Newswatch | Newswatch

You are here

Bill Gates defends China's internet restrictions

Bill Gates, the billionaire founder of Microsoft, took the rare step of standing up for arch-rival Google today as he argued that state censorship was no reason for technology companies not to do business in China.

The richest man in the world told delegates at the World Economic Forum in Davos that he thought the internet "is contributing to Chinese political engagement" as "access to the outside world is preventing more censorship".

All three of largest internet companies - Google, Microsoft and Yahoo - have been fiercely criticised by human rights groups for toeing China's line on restrictions of free speech.

This week, Google created controversy when it entered the Chinese market on Beijing's terms. Writing on Times Online today, Irene Khan, the secretary-general of Amnesty International, said that Google had "reinforced the trend in the IT industry of kowtowing to Chinese demands of censorship".

She said: "Last year, Yahoo provided the Chinese with details leading to the arrest and sentencing of a journalist; Microsoft has barred a blog critical of the government and launched a portal blocking the use of words such as 'freedom' and 'democracy'. Now Google has weeded out websites that China does not like."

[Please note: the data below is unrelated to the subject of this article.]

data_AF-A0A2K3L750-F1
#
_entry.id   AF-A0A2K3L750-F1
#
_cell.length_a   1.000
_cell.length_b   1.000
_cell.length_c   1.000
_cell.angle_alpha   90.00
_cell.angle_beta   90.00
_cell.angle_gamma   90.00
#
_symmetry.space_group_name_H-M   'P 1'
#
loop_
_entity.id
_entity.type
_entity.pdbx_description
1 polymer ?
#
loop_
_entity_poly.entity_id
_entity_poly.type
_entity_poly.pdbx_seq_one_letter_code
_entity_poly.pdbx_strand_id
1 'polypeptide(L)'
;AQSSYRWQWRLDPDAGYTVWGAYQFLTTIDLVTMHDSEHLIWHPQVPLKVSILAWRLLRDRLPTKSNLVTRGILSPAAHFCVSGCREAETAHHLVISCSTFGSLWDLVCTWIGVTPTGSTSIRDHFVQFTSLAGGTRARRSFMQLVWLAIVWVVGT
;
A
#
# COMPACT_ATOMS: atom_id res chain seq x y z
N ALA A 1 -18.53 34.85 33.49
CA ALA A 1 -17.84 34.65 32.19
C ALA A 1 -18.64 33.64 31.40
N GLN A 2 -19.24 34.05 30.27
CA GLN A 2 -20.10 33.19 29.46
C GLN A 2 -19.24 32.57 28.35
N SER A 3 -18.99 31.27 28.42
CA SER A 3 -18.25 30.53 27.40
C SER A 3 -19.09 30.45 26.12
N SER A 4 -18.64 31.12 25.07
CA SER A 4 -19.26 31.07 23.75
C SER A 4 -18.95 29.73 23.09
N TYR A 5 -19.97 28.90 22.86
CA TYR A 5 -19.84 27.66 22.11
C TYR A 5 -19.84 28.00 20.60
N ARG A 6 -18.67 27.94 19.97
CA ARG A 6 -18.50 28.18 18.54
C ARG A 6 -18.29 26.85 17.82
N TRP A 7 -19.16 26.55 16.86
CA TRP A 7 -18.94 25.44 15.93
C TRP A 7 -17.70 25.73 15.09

Reporters Without Borders has called China the "world champion" of internet censorship. The press freedom organisation has claimed that China's so-called "Great Firewall", a sophisticated filter used to block sites, is largely powered by technology bought from American hardware companies.

However, Mr Gates argued today that freedom of information is available in China, despite sites discussing issues such as Tiananmen Square and Taiwan being blocked.

"I do think information flow is happening in China ... saying that even by existing there contributions to a national dialogue have taken place. There’s no doubt in my mind that’s been a huge plus."

Mr Gates also highlighted the attractions of China as a market. The country is set to become the biggest user of broadband in the world. Mr Gates said that "no one will catch up [except] maybe India in 50 years".

He added that despite the disparity between China’s urban and rural areas, the country was on track toward reducing poverty, a move that would mean more people would be able to afford broadband internet access.

"The greatest surprise in poverty reduction ... is China," he said.

China’s internet population, already the world’s second largest after the United States, rose to 111 million in 2005, according to the official China Internet Network Information Centre.

Earlier this month, the agency said the number of people with broadband internet access rose by more than 50 per cent compared with 2004, to 64 million.

Software piracy is a problem that will likely be solved over time, because as Chinese-made technology evolves, the country’s respect for intellectual property rights will improve, he added.

"We are always upset that they aren’t paying us for our products, but we’re not going to pick up and go home," Mr Gates said.

Date posted: January 27, 2006 Last modified: May 23, 2018 Total views: 9